8. A classic detective novel. It must include a detective, amateur or professional. This list of books from the Golden Age of Detective Fiction is a great starting point if you’re looking for ideas.

There are two Sherlock Holmes novels I’ve not read… so it’ll be one of those.

9. A classic which includes the name of a place in the title. It can be the name of a house, a town, a street, etc. Examples include Bleak House, Main Street, The Belly of Paris, or The Vicar of Wakefield.

James Joyce’s Dubliners will fit!

10. A classic which has been banned or censored. If possible, please mention why this book was banned or censored in your review.

D.H. Lawrence’s Lady Chatterley’s Lover!

11. Re-read a classic you read in school (high school or college). If it’s a book you loved, does it stand the test of time? If it’s a book you disliked, is it any better a second time around?

I read Edith Wharton’s House of Mirth for a Women Writers course I took for my undergrad degree, so I think after taking my masters and having a bit more life experience, I’m ready to come back to it for a second time and see if it’s still as striking to me now as it was then.

12. A volume of classic short stories. This must be one complete volume, at least 8 short stories. It can be an anthology of stories by different authors, or all the stories can be by a single author. Children’s stories are acceptable in this category also.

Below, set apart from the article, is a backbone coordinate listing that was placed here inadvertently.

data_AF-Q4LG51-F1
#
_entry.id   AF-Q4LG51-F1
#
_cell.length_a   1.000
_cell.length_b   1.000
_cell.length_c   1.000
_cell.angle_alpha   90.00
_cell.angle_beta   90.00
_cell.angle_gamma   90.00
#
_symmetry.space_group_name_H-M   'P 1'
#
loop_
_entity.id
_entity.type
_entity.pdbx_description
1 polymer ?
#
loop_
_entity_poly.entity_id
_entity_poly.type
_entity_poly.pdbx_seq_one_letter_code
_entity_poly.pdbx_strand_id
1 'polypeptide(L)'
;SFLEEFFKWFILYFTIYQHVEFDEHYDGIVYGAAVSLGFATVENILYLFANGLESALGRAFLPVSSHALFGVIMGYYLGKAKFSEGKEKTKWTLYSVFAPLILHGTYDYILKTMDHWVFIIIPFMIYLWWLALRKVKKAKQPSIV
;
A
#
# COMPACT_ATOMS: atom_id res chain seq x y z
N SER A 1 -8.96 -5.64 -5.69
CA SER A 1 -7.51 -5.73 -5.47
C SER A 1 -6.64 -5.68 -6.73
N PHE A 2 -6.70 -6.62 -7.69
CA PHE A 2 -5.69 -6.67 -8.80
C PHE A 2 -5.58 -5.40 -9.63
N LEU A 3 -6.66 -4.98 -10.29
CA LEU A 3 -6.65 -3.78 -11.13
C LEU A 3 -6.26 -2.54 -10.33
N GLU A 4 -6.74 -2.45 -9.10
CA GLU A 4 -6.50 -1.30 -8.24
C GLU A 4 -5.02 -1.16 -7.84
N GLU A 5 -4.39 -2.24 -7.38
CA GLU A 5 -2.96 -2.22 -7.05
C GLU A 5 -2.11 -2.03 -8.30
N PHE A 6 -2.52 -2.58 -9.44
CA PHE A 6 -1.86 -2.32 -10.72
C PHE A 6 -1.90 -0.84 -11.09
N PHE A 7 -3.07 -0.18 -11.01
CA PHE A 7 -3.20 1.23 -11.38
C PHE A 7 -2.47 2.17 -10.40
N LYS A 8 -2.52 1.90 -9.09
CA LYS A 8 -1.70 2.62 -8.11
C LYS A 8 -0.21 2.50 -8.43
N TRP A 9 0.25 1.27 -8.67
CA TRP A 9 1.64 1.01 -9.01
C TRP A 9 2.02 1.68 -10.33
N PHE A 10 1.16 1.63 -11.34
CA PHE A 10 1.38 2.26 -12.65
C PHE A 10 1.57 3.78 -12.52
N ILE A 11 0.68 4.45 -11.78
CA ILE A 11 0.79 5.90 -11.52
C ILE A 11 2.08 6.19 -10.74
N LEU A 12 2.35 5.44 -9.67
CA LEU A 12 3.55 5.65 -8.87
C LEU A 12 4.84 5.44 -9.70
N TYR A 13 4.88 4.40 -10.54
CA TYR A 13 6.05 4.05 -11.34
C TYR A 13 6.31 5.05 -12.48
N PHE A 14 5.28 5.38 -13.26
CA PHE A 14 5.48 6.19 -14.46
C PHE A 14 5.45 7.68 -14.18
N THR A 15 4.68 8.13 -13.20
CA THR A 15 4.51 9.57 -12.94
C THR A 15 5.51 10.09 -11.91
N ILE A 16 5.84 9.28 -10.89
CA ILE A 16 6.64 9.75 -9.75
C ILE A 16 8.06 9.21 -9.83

I have a book of Henry James’ New York Stories, but it’s a bit big, so I might have a look through my collection once it’s unpacked. But as this is a challenge, I’m going to stick to a larger title!

I’m really excited about this challenge, and it’s because I’m excited about reading all of the books. Well, most of them. As mentioned above, Wuthering Heights has always been a challenge for me, but I am determined to finish it this year.

The Keen Rapunzel, Marissa Meyer’s Cress

cress

The Keen Rapunzel, Marissa Meyer’s CressTitle: Cress by Marissa Meyer
Series: The Lunar Chronicles #3
Published by Feiwel & Friends
Published: February 4th 2014
Genres: Fantasy, Young Adult
Pages: 550
Format: Hardcover
Source: Purchased
Goodreads

 

I first read this book as an e-copy while studying in England, and I plowed through it in a day. I couldn’t bring myself to do much else. I love Rapunzel as a fairy tale. Cress embodies that role perfectly – innocent, yet intelligent and intuitive. She grows throughout the entire book in a way that I never found forced or false. Her budding relationship with Thorne is perfect too. They’re probably my favorite relationship in the series because Thorne (the charming scoundrel) learns to love Cress without being able to see her (and it’s a nice reference to the fairy tale itself with him being blinded after a fall).

One of the things I am really liking about this series is the way Marissa Meyer can add new characters to the plot and not have it feel like those additions are too much or too confusing. Each character adds their own flavor to the story and round it out nicely. On some occasions it does tend to drag out a little bit, which may be the only downside to multiple POVs, and that makes it for a weaker novel if you’re looking at it from a standalone perspective. I honestly cannot wait to see how everything is resolved in the last book!